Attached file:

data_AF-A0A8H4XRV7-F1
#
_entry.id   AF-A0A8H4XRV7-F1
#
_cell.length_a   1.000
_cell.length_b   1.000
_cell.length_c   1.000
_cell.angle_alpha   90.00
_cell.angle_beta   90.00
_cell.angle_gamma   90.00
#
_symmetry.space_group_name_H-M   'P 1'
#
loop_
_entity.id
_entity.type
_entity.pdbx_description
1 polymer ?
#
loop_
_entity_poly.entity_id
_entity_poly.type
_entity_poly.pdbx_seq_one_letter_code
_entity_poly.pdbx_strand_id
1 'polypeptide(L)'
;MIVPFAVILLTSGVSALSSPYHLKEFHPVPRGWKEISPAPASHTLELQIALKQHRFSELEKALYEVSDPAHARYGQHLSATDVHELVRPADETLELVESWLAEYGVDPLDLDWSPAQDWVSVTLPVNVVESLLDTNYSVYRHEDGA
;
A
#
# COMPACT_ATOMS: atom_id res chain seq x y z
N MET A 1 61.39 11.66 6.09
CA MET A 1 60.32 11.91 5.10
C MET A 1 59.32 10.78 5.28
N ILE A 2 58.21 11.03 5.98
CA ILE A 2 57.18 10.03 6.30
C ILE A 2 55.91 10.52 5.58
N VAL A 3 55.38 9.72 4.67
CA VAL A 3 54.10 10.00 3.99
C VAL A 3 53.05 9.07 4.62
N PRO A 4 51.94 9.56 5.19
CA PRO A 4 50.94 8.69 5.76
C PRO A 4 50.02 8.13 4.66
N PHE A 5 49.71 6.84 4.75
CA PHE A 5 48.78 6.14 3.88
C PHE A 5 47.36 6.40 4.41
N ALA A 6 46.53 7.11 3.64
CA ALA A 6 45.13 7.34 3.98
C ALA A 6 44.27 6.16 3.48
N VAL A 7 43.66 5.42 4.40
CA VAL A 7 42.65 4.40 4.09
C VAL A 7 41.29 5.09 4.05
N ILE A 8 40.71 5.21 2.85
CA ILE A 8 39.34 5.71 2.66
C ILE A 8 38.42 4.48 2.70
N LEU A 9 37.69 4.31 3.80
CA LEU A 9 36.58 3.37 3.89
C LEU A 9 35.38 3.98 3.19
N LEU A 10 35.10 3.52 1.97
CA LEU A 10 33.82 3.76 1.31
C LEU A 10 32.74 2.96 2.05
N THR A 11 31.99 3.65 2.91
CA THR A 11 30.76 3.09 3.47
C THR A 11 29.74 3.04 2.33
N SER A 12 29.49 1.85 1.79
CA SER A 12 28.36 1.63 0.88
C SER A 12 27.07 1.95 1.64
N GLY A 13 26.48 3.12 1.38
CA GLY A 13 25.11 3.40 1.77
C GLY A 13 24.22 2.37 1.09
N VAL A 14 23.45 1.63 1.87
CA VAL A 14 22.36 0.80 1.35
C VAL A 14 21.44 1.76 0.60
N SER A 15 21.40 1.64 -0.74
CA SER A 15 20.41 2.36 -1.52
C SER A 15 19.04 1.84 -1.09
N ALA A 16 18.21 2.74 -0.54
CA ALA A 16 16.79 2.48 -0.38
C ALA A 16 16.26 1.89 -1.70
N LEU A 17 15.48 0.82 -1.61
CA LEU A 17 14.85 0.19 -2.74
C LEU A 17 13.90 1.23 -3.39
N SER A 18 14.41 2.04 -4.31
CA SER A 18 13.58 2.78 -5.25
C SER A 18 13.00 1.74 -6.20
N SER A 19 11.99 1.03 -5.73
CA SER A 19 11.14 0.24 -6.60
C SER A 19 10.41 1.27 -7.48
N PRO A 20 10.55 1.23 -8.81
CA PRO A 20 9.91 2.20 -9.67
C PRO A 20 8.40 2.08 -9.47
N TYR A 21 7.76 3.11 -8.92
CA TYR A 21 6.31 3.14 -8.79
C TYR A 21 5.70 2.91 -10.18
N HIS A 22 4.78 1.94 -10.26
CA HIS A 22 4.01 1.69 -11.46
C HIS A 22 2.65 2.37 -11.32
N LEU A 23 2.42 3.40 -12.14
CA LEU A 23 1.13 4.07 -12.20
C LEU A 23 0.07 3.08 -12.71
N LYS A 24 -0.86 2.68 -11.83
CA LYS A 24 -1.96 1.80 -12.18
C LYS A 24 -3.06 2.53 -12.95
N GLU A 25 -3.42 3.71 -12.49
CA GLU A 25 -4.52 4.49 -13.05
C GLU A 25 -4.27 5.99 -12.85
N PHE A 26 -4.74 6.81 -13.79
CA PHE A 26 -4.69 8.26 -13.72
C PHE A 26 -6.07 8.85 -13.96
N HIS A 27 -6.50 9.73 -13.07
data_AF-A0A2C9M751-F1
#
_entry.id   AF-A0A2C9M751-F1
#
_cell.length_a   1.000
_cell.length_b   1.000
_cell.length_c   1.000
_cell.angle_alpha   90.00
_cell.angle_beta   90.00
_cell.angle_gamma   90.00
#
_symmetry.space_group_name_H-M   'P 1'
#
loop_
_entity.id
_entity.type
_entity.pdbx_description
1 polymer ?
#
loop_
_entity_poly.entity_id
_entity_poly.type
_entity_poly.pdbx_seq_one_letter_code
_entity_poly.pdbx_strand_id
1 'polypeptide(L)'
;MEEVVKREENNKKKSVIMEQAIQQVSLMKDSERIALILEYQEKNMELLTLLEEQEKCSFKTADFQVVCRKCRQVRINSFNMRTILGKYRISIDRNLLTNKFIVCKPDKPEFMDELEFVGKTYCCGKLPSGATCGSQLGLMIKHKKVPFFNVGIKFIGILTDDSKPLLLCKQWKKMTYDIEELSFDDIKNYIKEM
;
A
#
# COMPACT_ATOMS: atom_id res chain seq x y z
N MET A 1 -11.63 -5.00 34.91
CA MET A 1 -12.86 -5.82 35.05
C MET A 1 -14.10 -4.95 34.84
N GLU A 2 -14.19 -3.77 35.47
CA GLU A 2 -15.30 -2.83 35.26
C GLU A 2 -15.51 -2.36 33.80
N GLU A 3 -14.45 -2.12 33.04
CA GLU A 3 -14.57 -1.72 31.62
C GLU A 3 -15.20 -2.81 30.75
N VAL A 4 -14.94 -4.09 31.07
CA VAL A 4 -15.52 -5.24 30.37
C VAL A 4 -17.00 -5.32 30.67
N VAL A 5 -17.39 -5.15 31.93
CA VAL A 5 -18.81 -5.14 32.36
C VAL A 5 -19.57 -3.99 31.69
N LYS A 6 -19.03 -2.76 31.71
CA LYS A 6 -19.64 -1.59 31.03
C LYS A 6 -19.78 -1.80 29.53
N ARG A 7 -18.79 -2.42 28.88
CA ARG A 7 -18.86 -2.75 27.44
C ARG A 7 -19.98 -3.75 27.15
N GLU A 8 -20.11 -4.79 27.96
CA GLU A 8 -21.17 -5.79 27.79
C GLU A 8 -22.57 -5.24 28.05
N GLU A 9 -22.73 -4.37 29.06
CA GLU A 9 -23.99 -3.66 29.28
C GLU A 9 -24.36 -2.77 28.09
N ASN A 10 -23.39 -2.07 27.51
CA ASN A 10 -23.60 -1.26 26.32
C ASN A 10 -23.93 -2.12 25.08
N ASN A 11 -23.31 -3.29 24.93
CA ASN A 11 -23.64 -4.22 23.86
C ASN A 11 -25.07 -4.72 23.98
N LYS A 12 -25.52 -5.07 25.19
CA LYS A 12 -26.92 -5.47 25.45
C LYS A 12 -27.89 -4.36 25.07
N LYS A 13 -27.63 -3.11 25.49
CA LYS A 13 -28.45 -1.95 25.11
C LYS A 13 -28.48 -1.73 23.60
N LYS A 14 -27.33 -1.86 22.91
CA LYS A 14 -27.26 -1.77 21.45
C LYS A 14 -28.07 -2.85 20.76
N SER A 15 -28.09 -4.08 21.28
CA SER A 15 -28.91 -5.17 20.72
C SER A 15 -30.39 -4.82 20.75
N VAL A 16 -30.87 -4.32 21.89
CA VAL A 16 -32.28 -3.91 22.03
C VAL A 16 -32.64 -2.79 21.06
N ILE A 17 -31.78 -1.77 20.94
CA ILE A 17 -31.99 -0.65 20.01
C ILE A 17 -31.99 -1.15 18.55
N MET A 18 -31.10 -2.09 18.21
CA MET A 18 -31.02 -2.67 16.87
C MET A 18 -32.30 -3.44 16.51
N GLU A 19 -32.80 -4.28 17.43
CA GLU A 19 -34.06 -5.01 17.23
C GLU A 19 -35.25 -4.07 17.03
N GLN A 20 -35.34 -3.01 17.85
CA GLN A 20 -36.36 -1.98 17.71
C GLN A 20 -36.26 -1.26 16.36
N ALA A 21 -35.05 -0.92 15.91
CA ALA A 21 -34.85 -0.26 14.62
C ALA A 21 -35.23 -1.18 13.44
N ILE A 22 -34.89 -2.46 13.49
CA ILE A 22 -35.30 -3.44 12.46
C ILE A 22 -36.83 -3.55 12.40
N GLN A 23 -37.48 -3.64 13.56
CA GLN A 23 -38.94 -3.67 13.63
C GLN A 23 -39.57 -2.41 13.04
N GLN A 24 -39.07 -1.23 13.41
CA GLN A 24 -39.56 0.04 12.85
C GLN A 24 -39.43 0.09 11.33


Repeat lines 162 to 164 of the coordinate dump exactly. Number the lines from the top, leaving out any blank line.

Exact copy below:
CA GLU A 8 -21.17 -5.79 27.79
C GLU A 8 -22.57 -5.24 28.05
N GLU A 9 -22.73 -4.37 29.06